The Importance of Hiring for Talent in the Face of Emerging Technologies

Talent Plus Talent Plus

November 01, 2019 Selection Blog

Emerging technologies mean the “war for talent” has never been more ferocious. The candidate pool is growing but the number of people who possess raw, natural talent remains small and elusive. Only those who take steps to identify talent both within and outside of their organizations will stay ahead of the competition and thrive in the new business landscape.

With A.I and bots becoming more common, business-client interactions (both internal and external) have fundamentally changed. In some cases, there is no need to have person to person transactions at all. As such, it is essential that we fill the “human” roles with the most talented people available when these interactions are necessary — otherwise, the cost could be very high.

For example, most banking is now done online. A.I guides us to the result we’re trying to achieve through FAQ’s or pre-programmed responses to keyword indicators in questions. It is only when we’re unable to come to a satisfactory solution that we then reach out to the bank via helpline or in-branch visit. Bearing in mind the customer is now likely frustrated or upset, it is imperative that these person to person interactions are handled by somebody with the natural talent and ability to diffuse the situation and come to a solution which will not only satisfy the customer but will also benefit to the organization.

Otherwise, it would be all too easy for a disgruntled customer to take their business elsewhere — they could actually go onto a competitor’s mobile app and transfer their funds there while they were still in the branch!

The talent to successfully interact with people cannot be practiced to excellence. If an individual is not naturally talented in building these relationships, they will feel outside of their comfort zone and perform poorly. Those who do excel thrive in these moments; it is their hard-wired way of thinking and behaving.

Sites like Yelp or Glassdoor have made anyone and everyone a consumer watchdog with a global audience. Therefore, one bad experience for a customer — and one bad review later — could lose an organization not only that individual but perhaps dozens of existing or future clients; and if the post goes viral, potentially thousands.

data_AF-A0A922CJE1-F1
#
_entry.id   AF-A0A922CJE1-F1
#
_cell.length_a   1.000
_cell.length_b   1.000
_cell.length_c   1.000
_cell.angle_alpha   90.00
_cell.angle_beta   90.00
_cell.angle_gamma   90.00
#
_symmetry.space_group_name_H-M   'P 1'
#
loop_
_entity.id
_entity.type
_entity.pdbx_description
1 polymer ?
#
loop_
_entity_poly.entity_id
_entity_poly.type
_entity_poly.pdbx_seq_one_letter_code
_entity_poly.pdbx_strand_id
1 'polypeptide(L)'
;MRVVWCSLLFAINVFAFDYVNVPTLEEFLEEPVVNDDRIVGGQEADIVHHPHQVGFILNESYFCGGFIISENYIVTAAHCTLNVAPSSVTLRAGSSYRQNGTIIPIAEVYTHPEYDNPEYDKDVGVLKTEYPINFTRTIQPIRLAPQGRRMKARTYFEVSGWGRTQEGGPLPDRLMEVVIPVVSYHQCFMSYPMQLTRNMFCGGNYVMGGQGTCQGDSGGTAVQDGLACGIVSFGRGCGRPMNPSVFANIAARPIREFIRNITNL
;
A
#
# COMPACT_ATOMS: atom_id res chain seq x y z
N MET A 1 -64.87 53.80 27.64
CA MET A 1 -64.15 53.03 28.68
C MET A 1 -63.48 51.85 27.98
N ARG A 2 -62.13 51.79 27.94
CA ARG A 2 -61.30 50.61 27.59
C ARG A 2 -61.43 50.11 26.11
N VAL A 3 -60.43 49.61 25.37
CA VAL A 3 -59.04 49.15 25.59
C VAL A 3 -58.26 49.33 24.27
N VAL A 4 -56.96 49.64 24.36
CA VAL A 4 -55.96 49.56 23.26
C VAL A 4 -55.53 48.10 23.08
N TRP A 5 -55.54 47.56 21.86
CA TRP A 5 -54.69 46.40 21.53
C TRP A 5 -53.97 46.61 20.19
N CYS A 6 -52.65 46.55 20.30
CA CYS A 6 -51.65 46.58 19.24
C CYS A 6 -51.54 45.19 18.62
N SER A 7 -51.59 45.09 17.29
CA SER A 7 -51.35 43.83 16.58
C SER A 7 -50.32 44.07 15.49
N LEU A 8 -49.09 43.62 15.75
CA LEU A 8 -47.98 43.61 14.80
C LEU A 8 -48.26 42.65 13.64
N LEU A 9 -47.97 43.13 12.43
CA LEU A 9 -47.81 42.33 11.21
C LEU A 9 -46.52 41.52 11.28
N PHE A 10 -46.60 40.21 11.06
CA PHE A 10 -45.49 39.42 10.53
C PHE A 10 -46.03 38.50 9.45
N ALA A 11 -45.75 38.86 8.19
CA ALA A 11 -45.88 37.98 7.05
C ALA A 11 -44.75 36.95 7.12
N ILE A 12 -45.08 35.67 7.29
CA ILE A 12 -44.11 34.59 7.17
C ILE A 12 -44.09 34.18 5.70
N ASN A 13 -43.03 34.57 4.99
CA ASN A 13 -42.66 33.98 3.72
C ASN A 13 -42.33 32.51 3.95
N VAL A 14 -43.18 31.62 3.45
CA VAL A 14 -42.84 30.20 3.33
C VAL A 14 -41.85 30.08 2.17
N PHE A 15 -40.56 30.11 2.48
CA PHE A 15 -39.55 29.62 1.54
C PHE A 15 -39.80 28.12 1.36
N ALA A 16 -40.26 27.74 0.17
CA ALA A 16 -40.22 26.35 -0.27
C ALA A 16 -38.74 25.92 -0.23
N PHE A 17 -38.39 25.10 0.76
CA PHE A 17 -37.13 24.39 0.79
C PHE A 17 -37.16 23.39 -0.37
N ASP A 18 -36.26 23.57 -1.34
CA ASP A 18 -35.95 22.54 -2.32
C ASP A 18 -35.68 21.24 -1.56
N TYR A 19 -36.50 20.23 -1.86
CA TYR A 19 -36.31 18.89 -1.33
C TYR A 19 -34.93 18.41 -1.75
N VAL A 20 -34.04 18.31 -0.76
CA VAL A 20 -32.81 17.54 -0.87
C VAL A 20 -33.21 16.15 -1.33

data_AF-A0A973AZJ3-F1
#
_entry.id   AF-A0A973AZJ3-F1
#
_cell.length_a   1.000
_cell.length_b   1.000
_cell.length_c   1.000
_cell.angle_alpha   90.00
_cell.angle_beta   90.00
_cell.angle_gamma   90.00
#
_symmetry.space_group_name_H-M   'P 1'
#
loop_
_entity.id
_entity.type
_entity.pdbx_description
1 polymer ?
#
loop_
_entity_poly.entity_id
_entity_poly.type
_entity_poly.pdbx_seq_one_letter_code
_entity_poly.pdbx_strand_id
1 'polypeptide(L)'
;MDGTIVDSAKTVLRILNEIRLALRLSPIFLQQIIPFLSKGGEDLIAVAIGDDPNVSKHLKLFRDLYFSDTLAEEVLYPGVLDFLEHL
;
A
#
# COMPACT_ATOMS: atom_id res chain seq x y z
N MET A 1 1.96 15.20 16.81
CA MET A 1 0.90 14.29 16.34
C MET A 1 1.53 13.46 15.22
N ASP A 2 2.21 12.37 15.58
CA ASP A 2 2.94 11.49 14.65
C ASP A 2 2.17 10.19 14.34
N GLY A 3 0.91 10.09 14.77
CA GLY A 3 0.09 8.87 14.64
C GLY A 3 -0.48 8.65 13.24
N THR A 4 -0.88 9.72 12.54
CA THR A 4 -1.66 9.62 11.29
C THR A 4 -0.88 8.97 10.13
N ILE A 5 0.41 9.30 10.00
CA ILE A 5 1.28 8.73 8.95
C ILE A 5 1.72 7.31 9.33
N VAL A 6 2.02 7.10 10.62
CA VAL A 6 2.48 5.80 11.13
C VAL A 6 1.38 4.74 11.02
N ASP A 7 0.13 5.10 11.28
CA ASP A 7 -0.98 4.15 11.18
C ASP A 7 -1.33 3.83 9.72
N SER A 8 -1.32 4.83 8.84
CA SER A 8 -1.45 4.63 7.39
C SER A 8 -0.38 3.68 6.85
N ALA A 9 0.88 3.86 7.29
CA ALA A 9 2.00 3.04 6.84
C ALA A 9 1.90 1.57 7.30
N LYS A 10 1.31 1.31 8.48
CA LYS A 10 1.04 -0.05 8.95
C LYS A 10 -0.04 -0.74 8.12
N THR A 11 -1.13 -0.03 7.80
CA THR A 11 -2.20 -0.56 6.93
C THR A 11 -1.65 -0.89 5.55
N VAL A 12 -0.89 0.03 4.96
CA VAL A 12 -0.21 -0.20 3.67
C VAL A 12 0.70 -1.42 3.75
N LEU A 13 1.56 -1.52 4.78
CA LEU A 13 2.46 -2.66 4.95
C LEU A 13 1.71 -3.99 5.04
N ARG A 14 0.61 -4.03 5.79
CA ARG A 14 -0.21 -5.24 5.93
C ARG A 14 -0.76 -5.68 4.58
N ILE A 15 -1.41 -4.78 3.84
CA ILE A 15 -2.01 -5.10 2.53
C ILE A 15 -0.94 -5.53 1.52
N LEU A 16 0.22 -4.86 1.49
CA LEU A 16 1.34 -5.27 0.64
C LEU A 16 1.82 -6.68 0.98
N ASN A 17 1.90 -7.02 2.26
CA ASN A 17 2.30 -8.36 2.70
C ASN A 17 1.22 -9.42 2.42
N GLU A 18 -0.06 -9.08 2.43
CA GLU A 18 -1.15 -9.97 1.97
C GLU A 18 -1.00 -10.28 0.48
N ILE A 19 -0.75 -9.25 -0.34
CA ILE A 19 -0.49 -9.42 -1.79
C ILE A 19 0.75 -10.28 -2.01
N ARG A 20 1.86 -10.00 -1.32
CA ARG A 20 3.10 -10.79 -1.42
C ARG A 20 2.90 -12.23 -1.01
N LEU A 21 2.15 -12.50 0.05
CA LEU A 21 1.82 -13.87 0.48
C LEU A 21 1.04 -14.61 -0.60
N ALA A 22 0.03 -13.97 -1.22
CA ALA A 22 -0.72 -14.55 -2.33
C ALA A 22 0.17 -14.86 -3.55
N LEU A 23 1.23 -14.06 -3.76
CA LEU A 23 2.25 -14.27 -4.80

We’ve all read horror stories of passenger mistreatment from airline cabin crew or poor customer service from suppliers. As a result, our perceptions of those brands become irreparably damaged. Again, the strengths or talents of the individuals who can manage these situations successfully, such as high positivity and response to negativity, will be present to a much larger degree than the individuals we hear about in these stories.

So, how do we address this problem?

A CV or resume will only tell us of a person’s experience, and with more people than ever entering the workforce at graduate level, we also have an abundance of academically qualified candidates.

So, what is the differentiator? Talent.

Talent cannot be gleaned from a resume, nor is it apparent in a degree certification. Talents are natural patterns of thought, feeling and behavior which are not acquired through effort, education or experience and, as much as every role is different, the talents required to be a top performer in those roles are different too.

For instance, the type of relationship-building skills for one dealing with internal stakeholders will be different than those needed for one dealing with external clients (think an HR professional vs. a salesperson). To discover if a candidate has the “right stuff,” we must assess each candidate and current employee with a role-specific, scientifically validated evaluation which highlights exactly the similarities, or lack thereof, between them and the top performers in these roles.

Once the right person is in place, we must then ensure that we invest in developing these talents. We can look at it through this simple equation:

(TALENT + FIT) X INVESTMENT = GROWTH

In conclusion, we could say that although our interactions as customers and employees are becoming predominantly technology based. In order to “future proof” our organizations, it is arguably more important than ever before to make certain that we are hiring or promoting the best, those who live in the demands of these roles — and for this we must look to talent.

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